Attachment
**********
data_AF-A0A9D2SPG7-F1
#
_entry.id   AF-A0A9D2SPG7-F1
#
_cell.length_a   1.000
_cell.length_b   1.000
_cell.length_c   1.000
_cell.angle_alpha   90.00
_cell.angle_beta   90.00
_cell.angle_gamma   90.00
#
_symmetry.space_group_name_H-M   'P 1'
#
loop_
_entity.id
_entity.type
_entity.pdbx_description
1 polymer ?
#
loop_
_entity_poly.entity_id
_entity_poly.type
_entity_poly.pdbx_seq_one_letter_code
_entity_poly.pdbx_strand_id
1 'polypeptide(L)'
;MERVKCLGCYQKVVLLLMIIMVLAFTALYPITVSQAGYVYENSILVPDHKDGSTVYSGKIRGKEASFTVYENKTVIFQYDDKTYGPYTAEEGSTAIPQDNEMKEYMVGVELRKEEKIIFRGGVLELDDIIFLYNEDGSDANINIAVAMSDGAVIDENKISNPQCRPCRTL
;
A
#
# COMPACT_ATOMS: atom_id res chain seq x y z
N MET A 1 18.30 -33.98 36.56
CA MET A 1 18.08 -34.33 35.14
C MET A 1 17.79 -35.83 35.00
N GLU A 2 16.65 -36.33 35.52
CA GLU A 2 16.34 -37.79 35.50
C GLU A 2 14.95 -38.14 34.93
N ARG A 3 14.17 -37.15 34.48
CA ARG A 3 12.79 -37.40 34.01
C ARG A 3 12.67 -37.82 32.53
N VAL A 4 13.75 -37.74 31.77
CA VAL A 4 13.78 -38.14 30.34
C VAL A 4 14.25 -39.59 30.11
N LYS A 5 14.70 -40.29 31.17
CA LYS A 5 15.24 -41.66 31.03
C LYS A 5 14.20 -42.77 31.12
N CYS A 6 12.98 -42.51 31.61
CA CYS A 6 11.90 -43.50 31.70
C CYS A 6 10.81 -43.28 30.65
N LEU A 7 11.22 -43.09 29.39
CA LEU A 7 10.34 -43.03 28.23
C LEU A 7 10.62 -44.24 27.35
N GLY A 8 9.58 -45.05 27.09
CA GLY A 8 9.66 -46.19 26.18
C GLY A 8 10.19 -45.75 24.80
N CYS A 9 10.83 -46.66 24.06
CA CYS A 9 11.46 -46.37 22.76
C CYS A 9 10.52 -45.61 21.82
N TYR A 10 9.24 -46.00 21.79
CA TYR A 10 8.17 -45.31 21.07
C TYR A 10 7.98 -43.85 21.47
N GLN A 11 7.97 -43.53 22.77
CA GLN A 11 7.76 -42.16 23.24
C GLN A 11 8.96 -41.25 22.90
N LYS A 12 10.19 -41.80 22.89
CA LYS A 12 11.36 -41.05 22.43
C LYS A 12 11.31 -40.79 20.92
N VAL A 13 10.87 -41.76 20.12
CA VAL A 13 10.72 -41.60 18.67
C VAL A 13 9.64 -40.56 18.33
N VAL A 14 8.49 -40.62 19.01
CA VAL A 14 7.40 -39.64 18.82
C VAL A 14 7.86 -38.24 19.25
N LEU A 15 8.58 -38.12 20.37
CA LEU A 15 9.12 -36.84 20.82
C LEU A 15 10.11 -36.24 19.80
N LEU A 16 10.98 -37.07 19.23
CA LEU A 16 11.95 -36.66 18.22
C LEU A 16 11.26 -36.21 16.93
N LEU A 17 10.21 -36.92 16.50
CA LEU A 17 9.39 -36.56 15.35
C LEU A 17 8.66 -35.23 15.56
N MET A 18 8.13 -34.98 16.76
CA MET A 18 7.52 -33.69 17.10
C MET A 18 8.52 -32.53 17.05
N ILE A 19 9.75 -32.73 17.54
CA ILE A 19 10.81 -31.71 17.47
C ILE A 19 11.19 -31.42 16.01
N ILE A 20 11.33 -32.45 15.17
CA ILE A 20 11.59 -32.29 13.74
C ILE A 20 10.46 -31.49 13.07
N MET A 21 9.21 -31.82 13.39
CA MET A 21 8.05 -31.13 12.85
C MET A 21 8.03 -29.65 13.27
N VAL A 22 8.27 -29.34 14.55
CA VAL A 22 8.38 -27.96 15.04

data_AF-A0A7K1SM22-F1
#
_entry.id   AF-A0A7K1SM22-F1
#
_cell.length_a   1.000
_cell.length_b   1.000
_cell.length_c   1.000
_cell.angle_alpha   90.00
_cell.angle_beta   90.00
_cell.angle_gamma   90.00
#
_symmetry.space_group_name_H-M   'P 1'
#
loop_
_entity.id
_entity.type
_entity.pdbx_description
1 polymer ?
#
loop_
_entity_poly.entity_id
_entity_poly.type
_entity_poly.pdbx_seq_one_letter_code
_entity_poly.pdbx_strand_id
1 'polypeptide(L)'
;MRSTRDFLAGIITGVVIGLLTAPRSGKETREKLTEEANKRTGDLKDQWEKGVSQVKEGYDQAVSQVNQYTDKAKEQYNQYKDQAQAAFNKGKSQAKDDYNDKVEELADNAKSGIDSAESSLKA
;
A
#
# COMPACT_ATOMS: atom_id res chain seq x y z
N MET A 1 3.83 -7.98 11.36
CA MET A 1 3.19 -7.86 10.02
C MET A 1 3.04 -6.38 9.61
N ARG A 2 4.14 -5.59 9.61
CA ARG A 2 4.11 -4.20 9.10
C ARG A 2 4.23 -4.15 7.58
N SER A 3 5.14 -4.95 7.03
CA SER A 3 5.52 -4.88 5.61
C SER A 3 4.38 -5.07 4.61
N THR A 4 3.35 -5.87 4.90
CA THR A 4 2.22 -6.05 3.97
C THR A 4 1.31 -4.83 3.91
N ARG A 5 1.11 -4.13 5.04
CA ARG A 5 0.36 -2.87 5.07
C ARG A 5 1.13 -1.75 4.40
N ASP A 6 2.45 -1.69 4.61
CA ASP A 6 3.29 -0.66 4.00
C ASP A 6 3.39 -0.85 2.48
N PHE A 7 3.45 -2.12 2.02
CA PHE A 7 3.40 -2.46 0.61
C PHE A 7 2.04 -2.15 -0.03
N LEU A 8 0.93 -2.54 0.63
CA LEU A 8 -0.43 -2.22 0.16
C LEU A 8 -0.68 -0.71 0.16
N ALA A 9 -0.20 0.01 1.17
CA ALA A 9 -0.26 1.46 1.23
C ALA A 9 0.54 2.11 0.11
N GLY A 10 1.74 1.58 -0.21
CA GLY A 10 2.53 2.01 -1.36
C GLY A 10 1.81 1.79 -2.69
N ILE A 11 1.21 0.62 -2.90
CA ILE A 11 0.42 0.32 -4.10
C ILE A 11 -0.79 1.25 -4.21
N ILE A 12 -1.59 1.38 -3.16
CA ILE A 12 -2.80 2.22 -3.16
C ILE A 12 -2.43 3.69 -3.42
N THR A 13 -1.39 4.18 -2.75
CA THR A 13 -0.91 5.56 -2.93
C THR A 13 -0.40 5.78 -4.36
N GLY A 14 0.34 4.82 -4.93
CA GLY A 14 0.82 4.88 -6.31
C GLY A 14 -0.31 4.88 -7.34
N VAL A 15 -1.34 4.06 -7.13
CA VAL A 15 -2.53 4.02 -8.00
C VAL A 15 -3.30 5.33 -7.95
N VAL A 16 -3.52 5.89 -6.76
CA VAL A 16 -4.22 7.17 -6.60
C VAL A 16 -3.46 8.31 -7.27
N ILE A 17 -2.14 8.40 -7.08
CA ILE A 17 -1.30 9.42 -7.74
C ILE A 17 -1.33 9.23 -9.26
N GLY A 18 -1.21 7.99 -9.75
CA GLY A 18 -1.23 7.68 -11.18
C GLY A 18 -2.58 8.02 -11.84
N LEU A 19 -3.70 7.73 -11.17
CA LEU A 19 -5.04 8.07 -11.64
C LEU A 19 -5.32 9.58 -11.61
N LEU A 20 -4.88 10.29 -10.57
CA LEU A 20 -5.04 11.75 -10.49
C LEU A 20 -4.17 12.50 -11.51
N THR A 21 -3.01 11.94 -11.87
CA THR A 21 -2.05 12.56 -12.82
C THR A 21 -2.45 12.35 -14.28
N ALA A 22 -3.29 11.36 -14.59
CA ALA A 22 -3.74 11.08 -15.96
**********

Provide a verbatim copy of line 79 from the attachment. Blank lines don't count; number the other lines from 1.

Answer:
N LEU A 17 10.21 -36.92 16.50